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the Austrian Government guaranteed twenty-five year loan maturing in 1943.

In response to my request of the Attorney General for his opinion as to whether under the Joint Resolution the Secretary of the Treasury might in his discretion further subordinate to the proposed new Austrian Federal Loan the lien given the United States by the terms of the Austrian Relief Bond No. 1, Series “B” of 1920, he stated that "the Secretary of the Treasury has no power to act further under this Resolution ...." 19 A copy of the opinion of the Attorney General, dated October 15, 1927, was transmitted to you by this Department under date of October 18, 1927.20 The basis given by the Attorney General for his opinion is that “There is nothing in the Resolution to indicate that the authority given the Secretary of the Treasury was to be a continuing one or was to be exercised after the lapse of years and under changed conditions.”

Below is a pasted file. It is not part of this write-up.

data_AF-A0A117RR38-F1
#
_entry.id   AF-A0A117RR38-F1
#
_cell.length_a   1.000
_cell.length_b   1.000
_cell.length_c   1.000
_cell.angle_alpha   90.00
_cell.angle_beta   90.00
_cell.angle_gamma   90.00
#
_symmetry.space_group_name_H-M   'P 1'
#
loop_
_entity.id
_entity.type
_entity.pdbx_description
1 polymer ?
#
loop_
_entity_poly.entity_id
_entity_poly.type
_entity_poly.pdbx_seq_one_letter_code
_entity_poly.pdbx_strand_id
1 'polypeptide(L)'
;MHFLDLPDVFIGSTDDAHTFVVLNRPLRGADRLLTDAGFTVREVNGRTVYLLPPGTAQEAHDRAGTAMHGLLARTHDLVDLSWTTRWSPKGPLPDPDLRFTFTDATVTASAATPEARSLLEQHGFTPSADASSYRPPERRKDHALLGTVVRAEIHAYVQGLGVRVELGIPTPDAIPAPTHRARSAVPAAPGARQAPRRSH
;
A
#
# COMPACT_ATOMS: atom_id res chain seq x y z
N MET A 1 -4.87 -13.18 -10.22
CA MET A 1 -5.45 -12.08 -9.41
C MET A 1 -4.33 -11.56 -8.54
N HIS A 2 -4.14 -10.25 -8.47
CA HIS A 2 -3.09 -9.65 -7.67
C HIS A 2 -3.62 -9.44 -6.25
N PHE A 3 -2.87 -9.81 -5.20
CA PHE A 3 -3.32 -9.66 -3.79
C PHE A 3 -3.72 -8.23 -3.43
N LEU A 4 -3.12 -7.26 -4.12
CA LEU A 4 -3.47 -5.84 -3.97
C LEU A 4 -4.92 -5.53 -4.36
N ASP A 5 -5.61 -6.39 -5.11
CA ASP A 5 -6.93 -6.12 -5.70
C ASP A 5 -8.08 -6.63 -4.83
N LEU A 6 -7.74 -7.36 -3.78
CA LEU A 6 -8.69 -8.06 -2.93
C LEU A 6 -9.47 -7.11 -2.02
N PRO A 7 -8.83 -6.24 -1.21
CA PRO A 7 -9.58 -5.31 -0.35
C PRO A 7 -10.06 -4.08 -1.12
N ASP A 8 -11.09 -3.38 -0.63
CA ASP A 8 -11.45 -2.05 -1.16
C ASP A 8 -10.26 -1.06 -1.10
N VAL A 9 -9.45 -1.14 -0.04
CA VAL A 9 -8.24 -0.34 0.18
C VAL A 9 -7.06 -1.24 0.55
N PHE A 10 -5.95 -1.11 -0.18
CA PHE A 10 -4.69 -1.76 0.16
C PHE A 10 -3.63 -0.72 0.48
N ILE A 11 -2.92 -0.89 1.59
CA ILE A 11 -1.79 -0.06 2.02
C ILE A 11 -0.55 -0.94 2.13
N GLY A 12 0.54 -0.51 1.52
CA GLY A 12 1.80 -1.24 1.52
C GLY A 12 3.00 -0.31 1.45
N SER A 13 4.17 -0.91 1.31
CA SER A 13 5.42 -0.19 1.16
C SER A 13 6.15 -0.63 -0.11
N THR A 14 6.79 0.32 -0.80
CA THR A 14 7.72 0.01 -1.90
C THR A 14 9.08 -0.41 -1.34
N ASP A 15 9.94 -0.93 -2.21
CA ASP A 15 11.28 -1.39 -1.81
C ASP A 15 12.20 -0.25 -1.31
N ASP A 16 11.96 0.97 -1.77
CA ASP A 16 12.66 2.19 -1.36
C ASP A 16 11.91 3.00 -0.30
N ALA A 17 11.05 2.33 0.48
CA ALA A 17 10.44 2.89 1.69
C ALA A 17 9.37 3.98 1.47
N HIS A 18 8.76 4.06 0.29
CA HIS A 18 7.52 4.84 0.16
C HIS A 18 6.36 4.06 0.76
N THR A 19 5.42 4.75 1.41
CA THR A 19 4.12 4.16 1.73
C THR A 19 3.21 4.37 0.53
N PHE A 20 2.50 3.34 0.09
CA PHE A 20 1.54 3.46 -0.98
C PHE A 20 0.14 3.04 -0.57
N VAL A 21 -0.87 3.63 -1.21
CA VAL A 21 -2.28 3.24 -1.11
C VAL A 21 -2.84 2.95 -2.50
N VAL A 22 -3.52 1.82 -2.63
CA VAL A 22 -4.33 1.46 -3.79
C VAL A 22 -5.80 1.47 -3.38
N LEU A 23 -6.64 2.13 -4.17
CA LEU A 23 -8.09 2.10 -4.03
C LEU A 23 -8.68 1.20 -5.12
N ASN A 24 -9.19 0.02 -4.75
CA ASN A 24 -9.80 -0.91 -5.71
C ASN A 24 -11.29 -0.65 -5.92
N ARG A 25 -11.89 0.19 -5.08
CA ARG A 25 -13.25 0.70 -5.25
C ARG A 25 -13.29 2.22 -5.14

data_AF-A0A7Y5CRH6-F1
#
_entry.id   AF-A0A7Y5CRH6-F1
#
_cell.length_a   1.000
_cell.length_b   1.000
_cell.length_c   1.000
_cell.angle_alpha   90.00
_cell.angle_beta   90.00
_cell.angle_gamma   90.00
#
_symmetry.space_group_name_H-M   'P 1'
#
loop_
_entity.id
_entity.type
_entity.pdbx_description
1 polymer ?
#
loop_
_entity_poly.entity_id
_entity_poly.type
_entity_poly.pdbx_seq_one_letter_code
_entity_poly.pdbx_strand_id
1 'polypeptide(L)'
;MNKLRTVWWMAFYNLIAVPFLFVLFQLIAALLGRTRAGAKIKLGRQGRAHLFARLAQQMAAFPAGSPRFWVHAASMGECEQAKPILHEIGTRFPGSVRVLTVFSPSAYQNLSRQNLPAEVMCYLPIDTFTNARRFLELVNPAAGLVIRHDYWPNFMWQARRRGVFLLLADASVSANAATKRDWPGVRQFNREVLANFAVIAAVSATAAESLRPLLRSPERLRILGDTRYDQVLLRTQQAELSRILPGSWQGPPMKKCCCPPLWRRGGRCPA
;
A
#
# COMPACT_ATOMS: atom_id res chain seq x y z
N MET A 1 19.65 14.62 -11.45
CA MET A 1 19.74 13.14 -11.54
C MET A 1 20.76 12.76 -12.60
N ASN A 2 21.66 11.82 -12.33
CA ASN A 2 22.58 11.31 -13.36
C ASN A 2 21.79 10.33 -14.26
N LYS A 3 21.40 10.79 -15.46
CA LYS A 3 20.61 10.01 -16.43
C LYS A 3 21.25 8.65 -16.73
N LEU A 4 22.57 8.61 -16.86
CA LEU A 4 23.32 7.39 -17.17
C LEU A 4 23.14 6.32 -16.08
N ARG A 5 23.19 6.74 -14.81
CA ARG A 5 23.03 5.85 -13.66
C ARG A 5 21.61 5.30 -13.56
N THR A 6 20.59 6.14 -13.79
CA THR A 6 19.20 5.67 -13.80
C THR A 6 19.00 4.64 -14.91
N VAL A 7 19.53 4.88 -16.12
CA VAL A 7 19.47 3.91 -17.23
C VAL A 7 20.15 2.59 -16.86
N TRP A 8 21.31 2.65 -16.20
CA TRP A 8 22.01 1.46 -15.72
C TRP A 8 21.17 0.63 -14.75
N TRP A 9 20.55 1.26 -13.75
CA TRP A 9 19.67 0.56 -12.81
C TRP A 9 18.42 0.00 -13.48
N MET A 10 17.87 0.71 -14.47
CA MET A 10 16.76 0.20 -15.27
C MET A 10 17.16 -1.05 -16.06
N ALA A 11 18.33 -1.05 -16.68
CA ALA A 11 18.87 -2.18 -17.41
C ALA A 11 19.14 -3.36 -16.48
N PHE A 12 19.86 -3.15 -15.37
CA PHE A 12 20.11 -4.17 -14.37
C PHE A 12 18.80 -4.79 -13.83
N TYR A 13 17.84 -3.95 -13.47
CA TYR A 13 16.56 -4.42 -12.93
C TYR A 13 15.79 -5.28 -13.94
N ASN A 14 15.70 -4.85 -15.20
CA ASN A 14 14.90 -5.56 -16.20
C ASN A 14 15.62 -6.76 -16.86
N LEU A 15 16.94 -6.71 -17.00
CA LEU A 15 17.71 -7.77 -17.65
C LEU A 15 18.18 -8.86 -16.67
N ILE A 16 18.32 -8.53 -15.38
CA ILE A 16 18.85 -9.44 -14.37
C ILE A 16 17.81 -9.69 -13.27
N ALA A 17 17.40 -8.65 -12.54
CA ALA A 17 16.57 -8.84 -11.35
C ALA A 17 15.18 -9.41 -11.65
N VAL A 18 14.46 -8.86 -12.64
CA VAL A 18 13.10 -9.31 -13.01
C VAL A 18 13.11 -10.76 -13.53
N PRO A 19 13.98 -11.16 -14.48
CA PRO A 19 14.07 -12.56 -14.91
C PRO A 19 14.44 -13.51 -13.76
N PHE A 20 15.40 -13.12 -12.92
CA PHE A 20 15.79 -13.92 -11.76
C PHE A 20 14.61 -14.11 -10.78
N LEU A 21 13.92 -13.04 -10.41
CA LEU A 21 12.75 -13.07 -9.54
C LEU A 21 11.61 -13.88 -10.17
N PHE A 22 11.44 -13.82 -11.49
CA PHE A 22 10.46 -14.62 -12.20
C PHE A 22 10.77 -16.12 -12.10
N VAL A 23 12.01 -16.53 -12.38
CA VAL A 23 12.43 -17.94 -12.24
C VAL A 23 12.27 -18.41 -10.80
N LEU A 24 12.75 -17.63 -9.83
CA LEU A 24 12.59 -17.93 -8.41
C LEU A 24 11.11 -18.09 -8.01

In my judgment the reasoning of the Attorney General in his opinion above referred to necessarily leads to the conclusion that without further authorization by Congress the Secretary of the Treasury has no authority to further extend the time of payment of the debt incurred by Austria for the purchase of flour from the United States Grain Corporation. Very truly yours,

A. W. MELLON

863.51/847 : Telegram

The Acting Secretary of State to the Minister in Austria (Washburn)

WASHINGTON, October 28, 1927–11 a. m. 20. Your 54, September 20, 10 a. m. and despatch 1532, September 20. In opinion of law officers of this Government, the Secretary of the Treasury has no power to act further under the Joint Resolution approved April 6, 1922, and a new enabling act of Congress would be necessary to enable him to take the suggested action.